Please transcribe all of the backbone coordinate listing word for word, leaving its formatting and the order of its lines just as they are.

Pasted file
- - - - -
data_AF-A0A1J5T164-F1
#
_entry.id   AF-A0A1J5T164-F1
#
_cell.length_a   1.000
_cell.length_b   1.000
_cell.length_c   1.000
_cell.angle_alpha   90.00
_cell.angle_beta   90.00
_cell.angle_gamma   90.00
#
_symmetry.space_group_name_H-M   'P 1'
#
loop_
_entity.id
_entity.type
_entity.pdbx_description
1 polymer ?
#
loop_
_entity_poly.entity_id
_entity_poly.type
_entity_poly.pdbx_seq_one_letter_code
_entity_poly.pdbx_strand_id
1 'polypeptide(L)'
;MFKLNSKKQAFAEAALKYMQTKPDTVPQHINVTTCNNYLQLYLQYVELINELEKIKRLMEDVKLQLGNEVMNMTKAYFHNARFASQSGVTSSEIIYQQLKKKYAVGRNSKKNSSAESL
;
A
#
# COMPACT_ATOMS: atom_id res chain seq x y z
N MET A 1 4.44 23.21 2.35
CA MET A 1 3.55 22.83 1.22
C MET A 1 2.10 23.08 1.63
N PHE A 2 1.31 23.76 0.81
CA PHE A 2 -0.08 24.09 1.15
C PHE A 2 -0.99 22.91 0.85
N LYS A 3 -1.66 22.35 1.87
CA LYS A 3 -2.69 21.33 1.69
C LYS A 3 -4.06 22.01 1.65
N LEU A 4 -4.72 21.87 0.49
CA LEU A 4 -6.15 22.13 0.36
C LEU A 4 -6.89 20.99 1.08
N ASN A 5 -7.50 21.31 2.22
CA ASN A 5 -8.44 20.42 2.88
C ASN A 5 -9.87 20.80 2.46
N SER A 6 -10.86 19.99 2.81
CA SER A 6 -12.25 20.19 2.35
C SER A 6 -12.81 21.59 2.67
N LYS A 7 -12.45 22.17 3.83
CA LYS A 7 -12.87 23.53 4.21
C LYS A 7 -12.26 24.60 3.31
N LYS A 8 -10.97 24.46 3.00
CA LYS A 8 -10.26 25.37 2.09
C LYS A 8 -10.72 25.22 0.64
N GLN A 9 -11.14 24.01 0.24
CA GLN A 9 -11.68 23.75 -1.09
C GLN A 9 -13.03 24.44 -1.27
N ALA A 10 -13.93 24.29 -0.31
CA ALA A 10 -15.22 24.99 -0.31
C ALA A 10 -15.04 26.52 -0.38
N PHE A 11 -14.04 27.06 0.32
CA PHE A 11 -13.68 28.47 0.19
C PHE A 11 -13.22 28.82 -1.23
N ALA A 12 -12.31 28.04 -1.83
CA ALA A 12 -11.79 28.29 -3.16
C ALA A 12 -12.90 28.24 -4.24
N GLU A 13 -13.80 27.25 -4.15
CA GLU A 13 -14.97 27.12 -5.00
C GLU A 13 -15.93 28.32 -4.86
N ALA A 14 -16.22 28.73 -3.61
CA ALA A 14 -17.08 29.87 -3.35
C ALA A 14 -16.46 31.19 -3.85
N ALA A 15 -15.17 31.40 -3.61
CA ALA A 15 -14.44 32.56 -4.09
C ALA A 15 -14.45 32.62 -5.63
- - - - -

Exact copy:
data_AF-A0A1J5T164-F1
#
_entry.id   AF-A0A1J5T164-F1
#
_cell.length_a   1.000
_cell.length_b   1.000
_cell.length_c   1.000
_cell.angle_alpha   90.00
_cell.angle_beta   90.00
_cell.angle_gamma   90.00
#
_symmetry.space_group_name_H-M   'P 1'
#
loop_
_entity.id
_entity.type
_entity.pdbx_description
1 polymer ?
#
loop_
_entity_poly.entity_id
_entity_poly.type
_entity_poly.pdbx_seq_one_letter_code
_entity_poly.pdbx_strand_id
1 'polypeptide(L)'
;MFKLNSKKQAFAEAALKYMQTKPDTVPQHINVTTCNNYLQLYLQYVELINELEKIKRLMEDVKLQLGNEVMNMTKAYFHNARFASQSGVTSSEIIYQQLKKKYAVGRNSKKNSSAESL
;
A
#
# COMPACT_ATOMS: atom_id res chain seq x y z
N MET A 1 4.44 23.21 2.35
CA MET A 1 3.55 22.83 1.22
C MET A 1 2.10 23.08 1.63
N PHE A 2 1.31 23.76 0.81
CA PHE A 2 -0.08 24.09 1.15
C PHE A 2 -0.99 22.91 0.85
N LYS A 3 -1.66 22.35 1.87
CA LYS A 3 -2.69 21.33 1.69
C LYS A 3 -4.06 22.01 1.65
N LEU A 4 -4.72 21.87 0.49
CA LEU A 4 -6.15 22.13 0.36
C LEU A 4 -6.89 20.99 1.08
N ASN A 5 -7.50 21.31 2.22
CA ASN A 5 -8.44 20.42 2.88
C ASN A 5 -9.87 20.80 2.46
N SER A 6 -10.86 19.99 2.81
CA SER A 6 -12.25 20.19 2.35
C SER A 6 -12.81 21.59 2.67
N LYS A 7 -12.45 22.17 3.83
CA LYS A 7 -12.87 23.53 4.21
C LYS A 7 -12.26 24.60 3.31
N LYS A 8 -10.97 24.46 3.00
CA LYS A 8 -10.26 25.37 2.09
C LYS A 8 -10.72 25.22 0.64
N GLN A 9 -11.14 24.01 0.24
CA GLN A 9 -11.68 23.75 -1.09
C GLN A 9 -13.03 24.44 -1.27
N ALA A 10 -13.93 24.29 -0.31
CA ALA A 10 -15.22 24.99 -0.31
C ALA A 10 -15.04 26.52 -0.38
N PHE A 11 -14.04 27.06 0.32
CA PHE A 11 -13.68 28.47 0.19
C PHE A 11 -13.22 28.82 -1.23
N ALA A 12 -12.31 28.04 -1.83
CA ALA A 12 -11.79 28.29 -3.16
C ALA A 12 -12.90 28.24 -4.24
N GLU A 13 -13.80 27.25 -4.15
CA GLU A 13 -14.97 27.12 -5.00
C GLU A 13 -15.93 28.32 -4.86
N ALA A 14 -16.22 28.73 -3.61
CA ALA A 14 -17.08 29.87 -3.35
C ALA A 14 -16.46 31.19 -3.85
N ALA A 15 -15.17 31.40 -3.61
CA ALA A 15 -14.44 32.56 -4.09
C ALA A 15 -14.45 32.62 -5.63